Picking her way across the sand onto the next beach, and the next one, she picked up smooth, colourful stones as she went. Her mother was teaching her to charge the stones with what Rosaranne called Force -- it involved storing a bit of personal energy inside the stones. This could be useful for Healing -- a power that Tris alone had inherited. She knew that her mother fully expected her to properly train it, as soon as she was old enough, and Tris was actually looking forward to it. Of all her inborn abilities, Healing was the only one she felt confident with, even proud of. Anden couldn't do it, and his ability to "See" things before they occurred was still sporadic and not something she envied.

She walked for a long time. She supposed, later, that she hadn't been paying attention, either, for when she finally looked up, she had no idea how far she'd come, and she didn't recognize the beach.

She stood looking around her for several moments before it ocurred to her to worry. How far had she come? She couldn't possibly have been walking for all that long...she looked at the sun -- it had sunk to near the horizon. It was late afternoon!

"Oh, no," she said to herself, and then she turned and looked down the beach.

The tide had come in while she'd been searching. Looking frantically from left to right, she realized that she couldn't possibly get back the way she'd come. The water was too high, lapping at the path she'd just traversed.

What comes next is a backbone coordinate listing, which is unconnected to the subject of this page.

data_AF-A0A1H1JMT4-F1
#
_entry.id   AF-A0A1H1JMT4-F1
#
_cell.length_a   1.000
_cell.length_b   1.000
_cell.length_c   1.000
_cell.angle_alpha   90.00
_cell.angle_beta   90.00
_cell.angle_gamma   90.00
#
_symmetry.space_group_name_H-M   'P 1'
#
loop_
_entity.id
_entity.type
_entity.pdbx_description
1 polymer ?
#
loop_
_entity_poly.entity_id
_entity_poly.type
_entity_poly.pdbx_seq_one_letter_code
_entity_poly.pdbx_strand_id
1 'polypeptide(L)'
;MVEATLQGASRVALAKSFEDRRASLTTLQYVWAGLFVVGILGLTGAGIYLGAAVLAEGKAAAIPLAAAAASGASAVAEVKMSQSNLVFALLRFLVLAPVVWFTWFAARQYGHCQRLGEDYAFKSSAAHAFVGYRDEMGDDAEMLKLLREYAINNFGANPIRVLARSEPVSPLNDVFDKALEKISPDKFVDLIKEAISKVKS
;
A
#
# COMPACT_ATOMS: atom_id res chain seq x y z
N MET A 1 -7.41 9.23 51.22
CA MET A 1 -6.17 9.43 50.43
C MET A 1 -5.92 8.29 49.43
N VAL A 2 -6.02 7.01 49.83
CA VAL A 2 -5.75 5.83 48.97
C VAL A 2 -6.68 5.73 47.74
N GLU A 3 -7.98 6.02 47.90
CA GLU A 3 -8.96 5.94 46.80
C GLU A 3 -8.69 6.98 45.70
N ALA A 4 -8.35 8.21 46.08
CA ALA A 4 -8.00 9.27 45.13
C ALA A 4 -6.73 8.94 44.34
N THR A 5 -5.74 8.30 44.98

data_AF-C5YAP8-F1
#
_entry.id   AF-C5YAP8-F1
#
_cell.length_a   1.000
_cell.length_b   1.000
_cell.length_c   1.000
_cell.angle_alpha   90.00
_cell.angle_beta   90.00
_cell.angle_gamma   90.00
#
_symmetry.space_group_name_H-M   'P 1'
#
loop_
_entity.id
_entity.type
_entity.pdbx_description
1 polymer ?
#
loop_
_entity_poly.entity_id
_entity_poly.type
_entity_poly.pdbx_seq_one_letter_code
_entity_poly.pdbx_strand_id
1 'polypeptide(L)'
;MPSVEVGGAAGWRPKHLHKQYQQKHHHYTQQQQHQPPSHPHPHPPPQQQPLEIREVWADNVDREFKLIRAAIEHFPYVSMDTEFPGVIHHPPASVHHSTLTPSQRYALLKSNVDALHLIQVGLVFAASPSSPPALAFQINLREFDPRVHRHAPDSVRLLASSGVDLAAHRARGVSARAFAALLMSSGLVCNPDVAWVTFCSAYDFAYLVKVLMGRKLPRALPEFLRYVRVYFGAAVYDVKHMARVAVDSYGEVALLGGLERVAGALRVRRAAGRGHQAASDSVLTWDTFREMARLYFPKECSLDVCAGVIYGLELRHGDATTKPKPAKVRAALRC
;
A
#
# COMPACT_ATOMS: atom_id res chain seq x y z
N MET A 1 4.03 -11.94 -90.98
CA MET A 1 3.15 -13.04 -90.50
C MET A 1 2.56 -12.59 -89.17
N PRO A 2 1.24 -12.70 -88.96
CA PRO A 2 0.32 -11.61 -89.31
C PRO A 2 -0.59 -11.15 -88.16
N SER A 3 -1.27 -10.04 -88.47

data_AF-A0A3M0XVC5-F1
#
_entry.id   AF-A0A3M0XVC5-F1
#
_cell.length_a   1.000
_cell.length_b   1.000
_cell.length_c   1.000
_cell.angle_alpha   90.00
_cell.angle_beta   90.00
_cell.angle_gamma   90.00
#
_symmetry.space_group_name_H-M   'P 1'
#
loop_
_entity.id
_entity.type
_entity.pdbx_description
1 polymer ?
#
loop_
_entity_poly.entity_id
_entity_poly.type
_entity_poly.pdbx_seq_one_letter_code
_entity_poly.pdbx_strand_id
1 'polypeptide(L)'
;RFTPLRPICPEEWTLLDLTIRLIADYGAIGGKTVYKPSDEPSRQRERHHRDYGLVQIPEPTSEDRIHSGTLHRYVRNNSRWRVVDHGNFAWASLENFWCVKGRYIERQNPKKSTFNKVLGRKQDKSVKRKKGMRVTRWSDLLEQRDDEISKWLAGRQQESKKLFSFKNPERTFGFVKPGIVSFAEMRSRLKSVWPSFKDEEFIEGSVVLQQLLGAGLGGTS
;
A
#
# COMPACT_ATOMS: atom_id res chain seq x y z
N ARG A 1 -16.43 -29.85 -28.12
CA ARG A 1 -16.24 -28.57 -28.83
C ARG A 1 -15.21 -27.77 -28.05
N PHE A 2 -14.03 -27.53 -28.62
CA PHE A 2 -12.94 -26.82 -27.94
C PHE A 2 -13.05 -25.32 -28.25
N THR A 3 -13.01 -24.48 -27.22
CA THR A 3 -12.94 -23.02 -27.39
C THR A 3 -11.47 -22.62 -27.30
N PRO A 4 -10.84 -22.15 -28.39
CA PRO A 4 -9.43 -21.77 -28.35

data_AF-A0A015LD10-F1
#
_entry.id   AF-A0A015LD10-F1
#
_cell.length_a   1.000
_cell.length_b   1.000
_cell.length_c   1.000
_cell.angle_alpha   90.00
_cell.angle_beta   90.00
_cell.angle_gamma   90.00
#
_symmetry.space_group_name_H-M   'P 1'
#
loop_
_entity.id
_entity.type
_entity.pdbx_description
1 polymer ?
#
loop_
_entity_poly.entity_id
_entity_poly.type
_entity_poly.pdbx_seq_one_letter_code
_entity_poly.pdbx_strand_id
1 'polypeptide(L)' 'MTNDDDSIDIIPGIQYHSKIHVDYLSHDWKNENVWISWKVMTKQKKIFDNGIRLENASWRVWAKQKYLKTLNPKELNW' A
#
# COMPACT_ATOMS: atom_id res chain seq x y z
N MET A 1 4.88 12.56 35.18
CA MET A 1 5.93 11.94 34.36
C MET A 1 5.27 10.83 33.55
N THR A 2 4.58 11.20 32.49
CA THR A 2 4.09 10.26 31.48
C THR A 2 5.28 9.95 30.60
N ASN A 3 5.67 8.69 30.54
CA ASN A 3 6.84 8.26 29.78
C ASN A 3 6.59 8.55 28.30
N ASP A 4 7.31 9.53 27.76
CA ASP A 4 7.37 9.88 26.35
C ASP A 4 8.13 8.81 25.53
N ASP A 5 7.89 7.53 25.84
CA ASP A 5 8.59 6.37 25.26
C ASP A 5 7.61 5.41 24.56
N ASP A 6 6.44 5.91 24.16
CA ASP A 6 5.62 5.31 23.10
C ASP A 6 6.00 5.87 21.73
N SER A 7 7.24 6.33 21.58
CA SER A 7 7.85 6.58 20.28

She turned around. The cliff was blank, and the only way she could go was up.

Tris stamped one foot petulantly in the sand. "Now what am I supposed to do?" she wondered aloud, starting to seriously worry. The tide would come in further, the water would probably reach well above her head before it went out again. She had to get off this beach, or at least to higher ground.

But she was well beyond the sound of Anden's voice, and as she closed her eyes, she realized that she had gone beyond their range of sensing, as well. She could feel him, just vaguely on the edge of her mind, but she couldn't reach quite far enough to speak to him.

Teeth chattering from fear as well as cold now, Tris backed up against the cliff wall.

There's no way out of it now, except climbing, she realized with a sinking heart. She looked up. The cliff towered dizzyingly above her.

She closed her eyes, shook her head, and looked again. Still, the cliff refused to hold still or assume reasonable proportions.

She voted instead for looking directly ahead, and slightly up. There seemed to be enough hand- and foot-holds for her to make it at least halfway up, to where a wider ledge became a path and led to the top of the cliff.

Tris shot one last backward glance at the water, hoping against hope to find it slowed, stopped, or even gone -- but found it advancing just as steadily as before.

Paling slightly, Tris turned back to the rock, took a deep breath, and started to climb.